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Take it from the top…

Amongst the excitement of auditions and callbacks, and callbacks, and so far as I can tell one more round of mini-callbacks… we had our first design meeting for Orestes on Monday night.

We are blessed with two top-of-the-line designers in Megan Reilly (lights) and Adam Hilton (sound) who we can’t rightfully afford but they cut us a deal, and a costume designer to be named later. I fill in as set designer because no designer would be willing to work on my budget. Ay there’s the rub.

My training as a set designer is best described as having had a really good design teacher a dozen years ago, and sitting near others as they talk about set design. I refer to myself as the de facto set designer and that’s a trap. De facto or not I am the set designer. To make any modifiers to that position at all means that I am planning an escape strategy. That is never a recipe for success.

On Monday we talked for a little bit about the script, the designers reactions to it and questions about it, and then moved on to the style of the piece, and mine and Will’s expectations in terms of both of their departments.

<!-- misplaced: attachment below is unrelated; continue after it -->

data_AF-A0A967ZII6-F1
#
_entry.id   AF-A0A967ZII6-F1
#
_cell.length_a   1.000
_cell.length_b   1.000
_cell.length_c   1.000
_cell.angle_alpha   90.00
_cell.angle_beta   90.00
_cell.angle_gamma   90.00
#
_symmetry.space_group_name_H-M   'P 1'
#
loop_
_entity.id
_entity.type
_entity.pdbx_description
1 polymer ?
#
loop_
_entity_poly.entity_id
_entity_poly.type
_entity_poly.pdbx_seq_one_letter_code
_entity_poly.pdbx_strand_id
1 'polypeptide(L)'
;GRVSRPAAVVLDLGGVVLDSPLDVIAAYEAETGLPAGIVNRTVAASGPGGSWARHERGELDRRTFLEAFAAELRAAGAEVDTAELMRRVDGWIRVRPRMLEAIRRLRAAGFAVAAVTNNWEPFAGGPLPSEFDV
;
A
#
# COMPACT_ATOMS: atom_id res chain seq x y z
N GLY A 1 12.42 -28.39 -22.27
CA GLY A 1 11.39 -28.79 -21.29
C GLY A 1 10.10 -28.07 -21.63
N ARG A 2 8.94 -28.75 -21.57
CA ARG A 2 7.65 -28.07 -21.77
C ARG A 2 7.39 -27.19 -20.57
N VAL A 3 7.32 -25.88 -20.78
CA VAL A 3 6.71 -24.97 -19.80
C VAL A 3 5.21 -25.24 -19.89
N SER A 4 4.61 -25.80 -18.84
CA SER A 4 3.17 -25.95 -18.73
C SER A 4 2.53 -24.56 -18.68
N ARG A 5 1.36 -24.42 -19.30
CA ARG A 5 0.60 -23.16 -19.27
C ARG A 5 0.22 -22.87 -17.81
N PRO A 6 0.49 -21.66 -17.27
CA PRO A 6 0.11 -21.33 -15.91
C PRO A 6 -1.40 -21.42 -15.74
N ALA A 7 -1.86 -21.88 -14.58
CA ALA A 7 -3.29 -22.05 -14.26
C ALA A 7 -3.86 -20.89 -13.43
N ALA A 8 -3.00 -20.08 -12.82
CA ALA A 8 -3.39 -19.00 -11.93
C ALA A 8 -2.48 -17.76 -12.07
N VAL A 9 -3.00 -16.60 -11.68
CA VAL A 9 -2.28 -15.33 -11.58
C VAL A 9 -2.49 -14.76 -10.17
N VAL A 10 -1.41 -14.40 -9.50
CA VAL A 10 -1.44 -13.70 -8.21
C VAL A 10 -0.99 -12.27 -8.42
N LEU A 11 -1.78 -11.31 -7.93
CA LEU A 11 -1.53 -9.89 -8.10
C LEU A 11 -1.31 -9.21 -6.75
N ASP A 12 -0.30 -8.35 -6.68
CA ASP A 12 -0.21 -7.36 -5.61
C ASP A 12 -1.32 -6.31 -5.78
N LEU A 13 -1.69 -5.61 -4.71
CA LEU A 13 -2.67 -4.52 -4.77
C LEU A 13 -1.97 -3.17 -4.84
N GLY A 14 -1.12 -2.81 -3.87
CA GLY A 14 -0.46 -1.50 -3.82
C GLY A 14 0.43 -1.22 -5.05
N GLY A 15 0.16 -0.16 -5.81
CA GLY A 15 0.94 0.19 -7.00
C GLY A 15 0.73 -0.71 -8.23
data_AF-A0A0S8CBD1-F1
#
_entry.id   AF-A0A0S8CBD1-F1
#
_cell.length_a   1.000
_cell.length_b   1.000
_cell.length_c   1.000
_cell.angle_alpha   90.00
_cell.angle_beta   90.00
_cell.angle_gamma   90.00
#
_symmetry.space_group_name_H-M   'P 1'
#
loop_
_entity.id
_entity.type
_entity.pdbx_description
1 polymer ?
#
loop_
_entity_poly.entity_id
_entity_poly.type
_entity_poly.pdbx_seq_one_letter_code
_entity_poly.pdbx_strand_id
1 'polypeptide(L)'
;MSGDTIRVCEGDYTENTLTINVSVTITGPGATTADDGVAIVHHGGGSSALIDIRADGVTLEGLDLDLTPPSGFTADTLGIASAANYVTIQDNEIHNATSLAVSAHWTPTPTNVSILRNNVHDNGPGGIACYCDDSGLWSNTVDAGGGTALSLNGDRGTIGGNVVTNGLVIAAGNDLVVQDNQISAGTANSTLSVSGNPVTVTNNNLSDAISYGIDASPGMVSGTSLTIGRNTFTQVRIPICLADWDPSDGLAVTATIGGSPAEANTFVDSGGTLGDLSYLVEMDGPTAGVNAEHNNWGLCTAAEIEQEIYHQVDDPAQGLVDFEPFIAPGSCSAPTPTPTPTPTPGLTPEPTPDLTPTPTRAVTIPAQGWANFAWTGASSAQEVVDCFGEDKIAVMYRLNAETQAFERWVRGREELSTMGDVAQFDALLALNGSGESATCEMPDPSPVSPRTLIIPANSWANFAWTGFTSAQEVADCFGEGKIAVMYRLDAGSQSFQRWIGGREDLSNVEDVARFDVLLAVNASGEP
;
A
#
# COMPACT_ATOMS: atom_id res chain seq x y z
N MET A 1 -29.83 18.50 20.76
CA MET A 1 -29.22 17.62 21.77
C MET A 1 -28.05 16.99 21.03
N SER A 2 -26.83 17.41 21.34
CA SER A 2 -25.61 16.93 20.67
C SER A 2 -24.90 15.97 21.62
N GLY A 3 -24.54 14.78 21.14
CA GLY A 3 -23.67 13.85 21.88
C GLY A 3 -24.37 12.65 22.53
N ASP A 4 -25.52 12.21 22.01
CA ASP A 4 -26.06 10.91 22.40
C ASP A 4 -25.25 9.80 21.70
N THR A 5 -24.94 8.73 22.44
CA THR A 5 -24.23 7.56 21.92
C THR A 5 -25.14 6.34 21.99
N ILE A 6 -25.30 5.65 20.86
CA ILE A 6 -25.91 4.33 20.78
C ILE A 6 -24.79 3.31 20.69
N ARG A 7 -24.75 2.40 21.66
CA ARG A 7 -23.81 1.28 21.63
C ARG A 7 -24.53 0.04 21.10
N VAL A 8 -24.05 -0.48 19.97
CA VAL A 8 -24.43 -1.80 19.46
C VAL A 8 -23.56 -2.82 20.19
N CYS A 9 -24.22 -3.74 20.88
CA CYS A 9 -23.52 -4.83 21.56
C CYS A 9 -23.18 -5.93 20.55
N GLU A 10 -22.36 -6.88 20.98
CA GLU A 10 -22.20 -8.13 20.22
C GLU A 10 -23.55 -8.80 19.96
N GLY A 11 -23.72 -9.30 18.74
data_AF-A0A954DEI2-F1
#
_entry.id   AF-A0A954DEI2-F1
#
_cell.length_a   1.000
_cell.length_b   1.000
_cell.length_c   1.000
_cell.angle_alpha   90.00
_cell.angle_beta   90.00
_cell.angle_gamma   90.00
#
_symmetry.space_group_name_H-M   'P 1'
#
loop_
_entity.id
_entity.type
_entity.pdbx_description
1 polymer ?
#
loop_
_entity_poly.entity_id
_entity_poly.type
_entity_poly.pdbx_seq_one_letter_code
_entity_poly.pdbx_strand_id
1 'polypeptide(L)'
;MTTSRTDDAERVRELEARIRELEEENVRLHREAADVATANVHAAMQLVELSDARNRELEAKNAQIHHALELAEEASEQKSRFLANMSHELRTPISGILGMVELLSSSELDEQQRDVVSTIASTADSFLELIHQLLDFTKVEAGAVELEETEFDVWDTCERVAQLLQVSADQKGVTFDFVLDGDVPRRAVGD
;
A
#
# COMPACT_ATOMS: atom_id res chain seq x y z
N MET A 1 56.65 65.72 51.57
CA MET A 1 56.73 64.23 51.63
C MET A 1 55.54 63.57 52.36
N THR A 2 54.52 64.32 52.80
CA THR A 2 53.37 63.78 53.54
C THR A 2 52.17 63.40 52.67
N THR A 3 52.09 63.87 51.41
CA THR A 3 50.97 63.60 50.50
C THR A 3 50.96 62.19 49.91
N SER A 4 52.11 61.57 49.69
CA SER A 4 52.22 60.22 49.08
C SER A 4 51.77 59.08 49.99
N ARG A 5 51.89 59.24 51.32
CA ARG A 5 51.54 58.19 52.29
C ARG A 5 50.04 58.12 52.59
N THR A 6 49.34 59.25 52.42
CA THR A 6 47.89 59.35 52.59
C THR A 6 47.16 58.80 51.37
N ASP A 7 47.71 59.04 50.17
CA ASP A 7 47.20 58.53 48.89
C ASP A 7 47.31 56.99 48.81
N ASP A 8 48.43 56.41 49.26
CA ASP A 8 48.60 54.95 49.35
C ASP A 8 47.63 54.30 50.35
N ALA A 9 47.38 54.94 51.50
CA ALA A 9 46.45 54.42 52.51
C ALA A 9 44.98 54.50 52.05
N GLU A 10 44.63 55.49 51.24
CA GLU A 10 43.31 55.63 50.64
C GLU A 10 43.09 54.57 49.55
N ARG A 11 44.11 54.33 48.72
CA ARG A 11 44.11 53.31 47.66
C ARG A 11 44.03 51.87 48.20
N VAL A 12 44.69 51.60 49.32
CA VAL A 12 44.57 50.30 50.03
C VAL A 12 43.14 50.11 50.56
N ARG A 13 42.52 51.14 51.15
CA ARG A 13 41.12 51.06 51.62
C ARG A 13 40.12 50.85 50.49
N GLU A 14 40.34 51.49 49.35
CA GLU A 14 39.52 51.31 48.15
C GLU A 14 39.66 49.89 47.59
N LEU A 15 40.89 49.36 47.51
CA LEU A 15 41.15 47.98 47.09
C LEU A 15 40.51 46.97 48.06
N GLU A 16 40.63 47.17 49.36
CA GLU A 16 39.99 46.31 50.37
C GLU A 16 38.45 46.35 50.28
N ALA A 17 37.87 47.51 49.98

I proudly flopped down my Sketch Up rendering of the set design and waited for the clouds to part and light to pour down upon them… Given the lead-in you will not be surprised to learn that no such dawning happened and they currently remain unenlightened.

One of the huge benefits of not working with straight contract designers is that these people aren’t just ridiculously talented, they are our friends and we will get truth from them. Thankfully because they love me they managed to not say anything derogatory… they just had questions. A lot of questions. A lot of very basic questions that would have been self-evident if the design were any good.

Except that it wasn’t.

The set was designed 3 months ago, before we had a script, while we were still talking about what Orestes was going to be. It was designed as part of the larger metaphor we were exploring, and to give Will a place to visualize the play happening while he adapted. It worked great for that.

But that doesn’t make it a great set design. It was timid. It was a set design by a nervous carpenter with a producer’s mind. So I scrapped it. Completely. We have a NEW set design. Though it’s not yet in Sketch Up (and given my work load on this show may never make it there) it solves many of the problems that we were having difficulty solving via the old design, it’s cleaner, it’s bolder, and honestly? I’m a little intimidated by it – which is why I’m pretty sure I’m right this time.

And if I’m not? I have people around me who’ll let me know.
I love this game.